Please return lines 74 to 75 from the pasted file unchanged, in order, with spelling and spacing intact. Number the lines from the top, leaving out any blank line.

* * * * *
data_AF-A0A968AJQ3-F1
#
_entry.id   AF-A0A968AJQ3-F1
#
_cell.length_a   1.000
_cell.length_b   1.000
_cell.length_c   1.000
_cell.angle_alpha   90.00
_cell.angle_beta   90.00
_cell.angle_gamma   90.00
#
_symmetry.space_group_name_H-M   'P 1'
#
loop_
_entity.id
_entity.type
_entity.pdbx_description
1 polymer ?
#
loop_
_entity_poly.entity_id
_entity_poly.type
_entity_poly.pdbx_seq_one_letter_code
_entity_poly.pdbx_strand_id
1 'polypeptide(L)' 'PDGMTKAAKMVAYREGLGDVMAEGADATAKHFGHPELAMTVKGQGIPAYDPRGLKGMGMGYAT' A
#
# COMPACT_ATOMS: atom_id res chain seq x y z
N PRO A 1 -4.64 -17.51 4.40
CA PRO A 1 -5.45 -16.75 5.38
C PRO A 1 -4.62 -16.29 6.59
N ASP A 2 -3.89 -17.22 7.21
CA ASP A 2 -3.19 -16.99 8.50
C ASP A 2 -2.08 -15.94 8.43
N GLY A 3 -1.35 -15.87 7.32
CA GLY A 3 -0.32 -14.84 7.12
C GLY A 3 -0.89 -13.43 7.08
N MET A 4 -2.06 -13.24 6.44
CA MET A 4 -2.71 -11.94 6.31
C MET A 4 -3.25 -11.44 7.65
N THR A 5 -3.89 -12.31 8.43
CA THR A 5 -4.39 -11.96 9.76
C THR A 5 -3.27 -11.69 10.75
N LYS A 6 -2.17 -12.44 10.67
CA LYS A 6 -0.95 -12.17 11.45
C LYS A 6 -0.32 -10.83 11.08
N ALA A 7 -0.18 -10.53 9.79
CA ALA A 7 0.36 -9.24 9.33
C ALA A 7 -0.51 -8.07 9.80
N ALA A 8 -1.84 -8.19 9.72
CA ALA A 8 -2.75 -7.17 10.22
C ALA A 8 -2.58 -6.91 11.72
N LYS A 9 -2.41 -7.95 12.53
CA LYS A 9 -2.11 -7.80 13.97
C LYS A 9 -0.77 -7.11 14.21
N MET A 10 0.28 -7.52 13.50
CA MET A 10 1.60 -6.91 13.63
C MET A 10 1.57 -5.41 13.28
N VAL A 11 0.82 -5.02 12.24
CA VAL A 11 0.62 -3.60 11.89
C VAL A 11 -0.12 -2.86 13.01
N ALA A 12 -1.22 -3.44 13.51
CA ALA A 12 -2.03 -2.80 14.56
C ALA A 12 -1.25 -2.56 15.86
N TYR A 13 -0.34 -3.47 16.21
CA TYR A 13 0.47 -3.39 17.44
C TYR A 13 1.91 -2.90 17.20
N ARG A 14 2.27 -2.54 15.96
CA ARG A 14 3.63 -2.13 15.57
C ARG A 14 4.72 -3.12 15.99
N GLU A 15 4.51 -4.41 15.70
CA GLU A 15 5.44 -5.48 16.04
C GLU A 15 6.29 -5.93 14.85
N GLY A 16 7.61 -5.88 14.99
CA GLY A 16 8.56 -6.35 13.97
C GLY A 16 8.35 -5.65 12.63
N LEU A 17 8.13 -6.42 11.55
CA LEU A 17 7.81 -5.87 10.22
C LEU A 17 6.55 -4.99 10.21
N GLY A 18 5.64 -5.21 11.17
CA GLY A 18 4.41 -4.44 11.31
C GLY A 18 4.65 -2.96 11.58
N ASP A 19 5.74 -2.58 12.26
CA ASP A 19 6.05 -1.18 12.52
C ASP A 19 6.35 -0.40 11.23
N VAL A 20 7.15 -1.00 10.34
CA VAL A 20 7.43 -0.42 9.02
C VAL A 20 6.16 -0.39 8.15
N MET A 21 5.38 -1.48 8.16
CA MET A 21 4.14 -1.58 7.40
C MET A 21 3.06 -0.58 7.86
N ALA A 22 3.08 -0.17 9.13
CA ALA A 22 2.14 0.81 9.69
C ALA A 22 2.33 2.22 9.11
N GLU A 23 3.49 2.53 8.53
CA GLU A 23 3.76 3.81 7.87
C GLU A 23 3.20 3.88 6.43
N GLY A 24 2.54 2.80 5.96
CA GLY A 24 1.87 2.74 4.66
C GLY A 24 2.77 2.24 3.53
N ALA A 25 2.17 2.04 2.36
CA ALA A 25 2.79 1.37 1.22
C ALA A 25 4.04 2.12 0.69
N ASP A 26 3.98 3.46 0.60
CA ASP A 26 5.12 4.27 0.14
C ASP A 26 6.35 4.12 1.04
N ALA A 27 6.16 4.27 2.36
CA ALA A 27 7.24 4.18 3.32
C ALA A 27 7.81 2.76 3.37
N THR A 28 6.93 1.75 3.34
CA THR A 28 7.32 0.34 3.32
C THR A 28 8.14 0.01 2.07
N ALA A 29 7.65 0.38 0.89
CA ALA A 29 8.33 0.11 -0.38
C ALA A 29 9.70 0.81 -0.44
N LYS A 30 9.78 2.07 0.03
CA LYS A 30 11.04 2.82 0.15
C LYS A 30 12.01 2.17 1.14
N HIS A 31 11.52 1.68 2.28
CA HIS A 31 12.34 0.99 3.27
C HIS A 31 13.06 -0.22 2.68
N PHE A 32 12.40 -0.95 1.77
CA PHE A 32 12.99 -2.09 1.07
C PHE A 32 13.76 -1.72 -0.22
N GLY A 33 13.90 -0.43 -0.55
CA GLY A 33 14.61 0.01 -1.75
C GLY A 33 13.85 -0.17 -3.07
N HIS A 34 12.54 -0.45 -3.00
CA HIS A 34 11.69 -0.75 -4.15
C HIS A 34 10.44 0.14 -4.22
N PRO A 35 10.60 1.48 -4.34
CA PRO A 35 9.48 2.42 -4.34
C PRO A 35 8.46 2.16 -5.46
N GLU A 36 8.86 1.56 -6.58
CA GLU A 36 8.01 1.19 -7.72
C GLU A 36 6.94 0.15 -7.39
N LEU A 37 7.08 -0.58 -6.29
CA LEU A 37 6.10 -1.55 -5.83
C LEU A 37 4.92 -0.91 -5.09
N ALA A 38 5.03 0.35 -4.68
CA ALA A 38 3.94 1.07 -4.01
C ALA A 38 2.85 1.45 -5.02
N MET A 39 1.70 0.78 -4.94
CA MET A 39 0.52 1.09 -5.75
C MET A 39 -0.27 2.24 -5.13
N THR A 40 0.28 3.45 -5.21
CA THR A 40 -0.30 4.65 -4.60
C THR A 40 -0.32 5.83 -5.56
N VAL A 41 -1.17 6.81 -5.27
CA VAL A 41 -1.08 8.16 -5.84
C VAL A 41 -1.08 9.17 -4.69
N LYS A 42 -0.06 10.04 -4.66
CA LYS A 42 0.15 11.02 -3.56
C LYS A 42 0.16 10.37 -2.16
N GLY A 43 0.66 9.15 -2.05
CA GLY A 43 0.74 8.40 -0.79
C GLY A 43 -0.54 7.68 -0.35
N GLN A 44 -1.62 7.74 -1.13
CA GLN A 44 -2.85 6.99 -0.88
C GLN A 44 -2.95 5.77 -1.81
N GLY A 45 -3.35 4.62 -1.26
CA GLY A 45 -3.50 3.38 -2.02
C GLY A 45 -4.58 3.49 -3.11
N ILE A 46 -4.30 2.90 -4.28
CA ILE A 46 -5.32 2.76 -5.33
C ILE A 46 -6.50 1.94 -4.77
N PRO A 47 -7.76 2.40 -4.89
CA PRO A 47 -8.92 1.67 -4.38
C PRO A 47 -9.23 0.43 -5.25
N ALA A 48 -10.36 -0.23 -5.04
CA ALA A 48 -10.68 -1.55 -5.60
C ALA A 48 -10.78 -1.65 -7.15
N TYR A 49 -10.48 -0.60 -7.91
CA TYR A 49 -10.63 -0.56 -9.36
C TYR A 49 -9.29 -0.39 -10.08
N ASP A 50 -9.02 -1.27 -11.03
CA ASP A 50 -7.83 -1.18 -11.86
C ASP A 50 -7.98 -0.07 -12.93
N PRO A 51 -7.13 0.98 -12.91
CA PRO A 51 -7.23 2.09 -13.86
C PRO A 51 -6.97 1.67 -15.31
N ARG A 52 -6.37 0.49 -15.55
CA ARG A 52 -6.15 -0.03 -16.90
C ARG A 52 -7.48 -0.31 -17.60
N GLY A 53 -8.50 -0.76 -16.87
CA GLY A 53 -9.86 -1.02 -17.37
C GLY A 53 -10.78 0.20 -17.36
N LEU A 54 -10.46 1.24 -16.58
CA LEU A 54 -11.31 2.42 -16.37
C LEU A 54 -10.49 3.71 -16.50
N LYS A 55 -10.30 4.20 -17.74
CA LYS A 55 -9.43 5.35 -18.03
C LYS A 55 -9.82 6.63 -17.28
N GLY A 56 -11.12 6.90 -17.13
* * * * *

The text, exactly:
CA GLY A 16 8.56 -6.35 13.97
C GLY A 16 8.35 -5.65 12.63